Business Rates appeal system creates trial by bureaucracy

Figures from the Valuation Office Agency (VOA) shows that an alarmingly low number of business rates appeals were lodged in 2017.

It means many businesses are paying much more to the Government than they should, money which should be hitting their bottom line and not lining the pockets of the treasury.

Figures show that since the Government brought in its hugely complex and time consuming new appeal system, the number of businesses contesting their rates bill has plummeted from 182,000 in 2010, when the last business rates revaluation was conducted, to just 5,650.

Furthermore – albeit the figure hasn’t been officially confirmed by the VOA – the number of appeal cases to reach full appeal stage is understood to be just three.

Experts at the Cardiff office of Bruton Knowles are now advising businesses to get in touch and make use of its step-by-step guide on negotiating the mind-blowingly complex process.

Adam Rock from the leading commercial property agents said: “The business rate appeal system, which is called ‘Check, Challenge, Appeal’, puts the onus squarely on the ratepayer to provide all the relevant information relating to their case and input it using the online system.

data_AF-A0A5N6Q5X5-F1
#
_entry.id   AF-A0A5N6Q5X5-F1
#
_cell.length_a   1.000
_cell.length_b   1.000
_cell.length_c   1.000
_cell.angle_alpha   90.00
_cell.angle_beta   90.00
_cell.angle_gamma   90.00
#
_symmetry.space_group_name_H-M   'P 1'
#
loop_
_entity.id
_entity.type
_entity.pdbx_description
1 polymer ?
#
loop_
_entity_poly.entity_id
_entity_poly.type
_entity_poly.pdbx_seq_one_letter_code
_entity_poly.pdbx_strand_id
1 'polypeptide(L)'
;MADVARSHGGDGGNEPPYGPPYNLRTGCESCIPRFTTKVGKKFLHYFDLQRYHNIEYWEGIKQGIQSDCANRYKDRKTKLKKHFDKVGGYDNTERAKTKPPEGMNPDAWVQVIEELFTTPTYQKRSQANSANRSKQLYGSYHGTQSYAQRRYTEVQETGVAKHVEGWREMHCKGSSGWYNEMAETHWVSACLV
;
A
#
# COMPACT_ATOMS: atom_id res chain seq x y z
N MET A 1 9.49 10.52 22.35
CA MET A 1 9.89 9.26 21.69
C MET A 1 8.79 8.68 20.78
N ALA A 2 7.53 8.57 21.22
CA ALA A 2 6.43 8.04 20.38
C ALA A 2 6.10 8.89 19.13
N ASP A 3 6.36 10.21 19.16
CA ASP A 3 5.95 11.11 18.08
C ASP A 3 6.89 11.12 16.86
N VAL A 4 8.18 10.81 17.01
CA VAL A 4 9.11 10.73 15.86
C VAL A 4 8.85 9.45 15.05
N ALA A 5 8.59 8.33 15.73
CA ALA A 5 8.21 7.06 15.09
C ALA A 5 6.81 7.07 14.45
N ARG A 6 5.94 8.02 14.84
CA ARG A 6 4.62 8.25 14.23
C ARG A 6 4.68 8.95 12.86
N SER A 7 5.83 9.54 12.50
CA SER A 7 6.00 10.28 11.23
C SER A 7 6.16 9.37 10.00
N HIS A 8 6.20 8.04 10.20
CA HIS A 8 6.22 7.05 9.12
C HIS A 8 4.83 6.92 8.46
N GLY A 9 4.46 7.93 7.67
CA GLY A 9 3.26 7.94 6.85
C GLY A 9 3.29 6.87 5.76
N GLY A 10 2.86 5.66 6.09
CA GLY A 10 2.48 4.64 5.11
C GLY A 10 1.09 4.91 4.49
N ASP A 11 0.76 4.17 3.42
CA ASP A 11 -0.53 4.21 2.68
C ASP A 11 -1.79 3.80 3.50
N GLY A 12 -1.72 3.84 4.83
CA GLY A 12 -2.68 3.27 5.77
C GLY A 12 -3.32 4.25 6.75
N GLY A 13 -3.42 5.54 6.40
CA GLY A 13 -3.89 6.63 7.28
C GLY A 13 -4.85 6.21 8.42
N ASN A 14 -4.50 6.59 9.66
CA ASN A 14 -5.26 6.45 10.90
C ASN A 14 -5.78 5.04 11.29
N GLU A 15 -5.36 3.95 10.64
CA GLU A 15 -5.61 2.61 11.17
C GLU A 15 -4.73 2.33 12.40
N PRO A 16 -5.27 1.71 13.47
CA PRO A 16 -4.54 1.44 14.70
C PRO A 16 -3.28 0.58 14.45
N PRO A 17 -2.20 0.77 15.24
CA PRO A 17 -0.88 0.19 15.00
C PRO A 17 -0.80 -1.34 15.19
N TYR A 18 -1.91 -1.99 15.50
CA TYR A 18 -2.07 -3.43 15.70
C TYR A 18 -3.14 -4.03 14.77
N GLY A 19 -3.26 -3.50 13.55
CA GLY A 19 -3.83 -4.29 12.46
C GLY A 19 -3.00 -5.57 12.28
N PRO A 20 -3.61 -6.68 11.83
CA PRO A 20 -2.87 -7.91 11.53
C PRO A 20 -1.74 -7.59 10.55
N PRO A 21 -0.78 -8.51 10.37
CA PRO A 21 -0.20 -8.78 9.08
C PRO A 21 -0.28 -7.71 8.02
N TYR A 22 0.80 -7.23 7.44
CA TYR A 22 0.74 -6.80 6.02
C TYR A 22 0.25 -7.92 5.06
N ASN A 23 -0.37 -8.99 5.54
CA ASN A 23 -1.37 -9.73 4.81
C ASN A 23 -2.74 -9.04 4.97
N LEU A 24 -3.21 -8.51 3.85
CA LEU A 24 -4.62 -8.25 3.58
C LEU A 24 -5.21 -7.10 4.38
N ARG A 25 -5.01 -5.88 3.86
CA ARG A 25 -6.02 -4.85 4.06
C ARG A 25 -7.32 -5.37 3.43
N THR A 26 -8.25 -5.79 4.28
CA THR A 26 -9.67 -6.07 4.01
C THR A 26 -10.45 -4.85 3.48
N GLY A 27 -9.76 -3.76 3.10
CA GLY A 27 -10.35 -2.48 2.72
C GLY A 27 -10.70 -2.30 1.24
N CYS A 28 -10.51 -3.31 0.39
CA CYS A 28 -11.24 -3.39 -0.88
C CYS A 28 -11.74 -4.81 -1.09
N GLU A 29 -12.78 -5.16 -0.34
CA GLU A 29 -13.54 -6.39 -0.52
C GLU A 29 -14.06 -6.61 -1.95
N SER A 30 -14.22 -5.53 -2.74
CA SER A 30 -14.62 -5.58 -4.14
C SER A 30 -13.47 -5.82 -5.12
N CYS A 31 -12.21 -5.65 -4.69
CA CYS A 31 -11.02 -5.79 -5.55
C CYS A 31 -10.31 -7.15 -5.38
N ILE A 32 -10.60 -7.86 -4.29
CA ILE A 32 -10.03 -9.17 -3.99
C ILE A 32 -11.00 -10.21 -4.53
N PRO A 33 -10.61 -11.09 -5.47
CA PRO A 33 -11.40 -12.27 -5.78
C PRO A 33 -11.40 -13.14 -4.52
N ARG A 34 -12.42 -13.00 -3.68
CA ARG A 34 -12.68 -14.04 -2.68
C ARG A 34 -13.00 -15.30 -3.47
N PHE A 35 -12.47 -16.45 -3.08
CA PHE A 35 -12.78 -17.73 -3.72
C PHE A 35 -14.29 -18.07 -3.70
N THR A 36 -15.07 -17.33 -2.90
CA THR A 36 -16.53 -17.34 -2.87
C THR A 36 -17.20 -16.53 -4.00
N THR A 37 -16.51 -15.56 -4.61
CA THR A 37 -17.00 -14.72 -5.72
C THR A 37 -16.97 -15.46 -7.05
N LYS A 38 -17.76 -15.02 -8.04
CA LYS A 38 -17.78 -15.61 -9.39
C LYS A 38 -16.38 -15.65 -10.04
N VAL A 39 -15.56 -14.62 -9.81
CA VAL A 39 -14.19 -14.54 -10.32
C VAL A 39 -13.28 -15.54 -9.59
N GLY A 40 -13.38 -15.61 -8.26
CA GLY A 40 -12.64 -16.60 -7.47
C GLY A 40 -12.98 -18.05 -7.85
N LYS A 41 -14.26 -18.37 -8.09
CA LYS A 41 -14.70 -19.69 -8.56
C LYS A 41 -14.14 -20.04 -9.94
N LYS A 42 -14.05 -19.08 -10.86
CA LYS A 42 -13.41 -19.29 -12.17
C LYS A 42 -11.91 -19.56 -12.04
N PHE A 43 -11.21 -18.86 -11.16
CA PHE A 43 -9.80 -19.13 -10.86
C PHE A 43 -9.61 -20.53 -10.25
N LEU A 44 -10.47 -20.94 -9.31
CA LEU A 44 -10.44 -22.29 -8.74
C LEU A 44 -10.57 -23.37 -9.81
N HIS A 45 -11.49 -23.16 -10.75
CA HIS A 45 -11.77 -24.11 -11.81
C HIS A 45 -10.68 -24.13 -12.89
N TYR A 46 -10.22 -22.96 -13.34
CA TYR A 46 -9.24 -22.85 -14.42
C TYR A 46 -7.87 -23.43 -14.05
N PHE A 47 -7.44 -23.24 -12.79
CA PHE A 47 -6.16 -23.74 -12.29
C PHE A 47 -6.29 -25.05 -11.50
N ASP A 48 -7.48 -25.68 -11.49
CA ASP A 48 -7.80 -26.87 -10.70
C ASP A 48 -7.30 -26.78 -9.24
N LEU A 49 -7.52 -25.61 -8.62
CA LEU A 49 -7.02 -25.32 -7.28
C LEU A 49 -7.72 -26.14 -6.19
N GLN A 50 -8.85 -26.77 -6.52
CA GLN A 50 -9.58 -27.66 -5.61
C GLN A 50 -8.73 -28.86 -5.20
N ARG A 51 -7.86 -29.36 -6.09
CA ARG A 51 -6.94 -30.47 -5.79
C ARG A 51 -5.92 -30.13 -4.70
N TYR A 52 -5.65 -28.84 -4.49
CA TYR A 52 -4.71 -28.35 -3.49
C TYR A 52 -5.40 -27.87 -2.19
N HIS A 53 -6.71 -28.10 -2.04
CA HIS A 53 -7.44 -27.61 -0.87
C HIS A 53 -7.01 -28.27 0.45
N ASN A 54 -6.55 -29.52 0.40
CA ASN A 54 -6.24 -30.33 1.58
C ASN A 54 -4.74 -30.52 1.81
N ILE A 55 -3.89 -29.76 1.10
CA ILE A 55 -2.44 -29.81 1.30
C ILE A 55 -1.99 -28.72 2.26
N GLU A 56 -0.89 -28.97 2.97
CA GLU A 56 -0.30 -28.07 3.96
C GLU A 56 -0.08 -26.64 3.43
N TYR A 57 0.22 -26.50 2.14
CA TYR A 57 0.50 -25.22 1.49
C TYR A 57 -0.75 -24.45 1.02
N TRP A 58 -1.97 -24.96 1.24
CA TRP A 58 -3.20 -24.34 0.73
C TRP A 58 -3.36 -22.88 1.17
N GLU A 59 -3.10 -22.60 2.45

“However, what was supposed to make the appeals process easier, has just made it more complicated and in doing so, as the evidence would suggest, has led to fewer appeals being lodged with the VOA.

“To compound the situation further, the VOA is reportedly having to cut up to 1,000 jobs by 2020. In what is already a creaking system, this will surely only make matters worse and will lead to even fewer cases making it to the full appeal stage.

“In his last Budget, Chancellor Philip Hammond tossed businesses a few crumbs by bringing forward plans to switch the inflation measure used to calculate annual business rates increases from the Retail Price Index (RPI) to the lower Consumer Price Index (CPI).

“He also announced plans to reduce the period between valuations to every three years – it’s currently every five.

“I’m afraid these measures don’t, however, do anything to address concerns over the new appeals system and the impact it could have on businesses.

“Unfortunately, it would appear that for now we are stuck with ‘Check, Challenge, Appeal’ with an additional label of ‘Wait’.”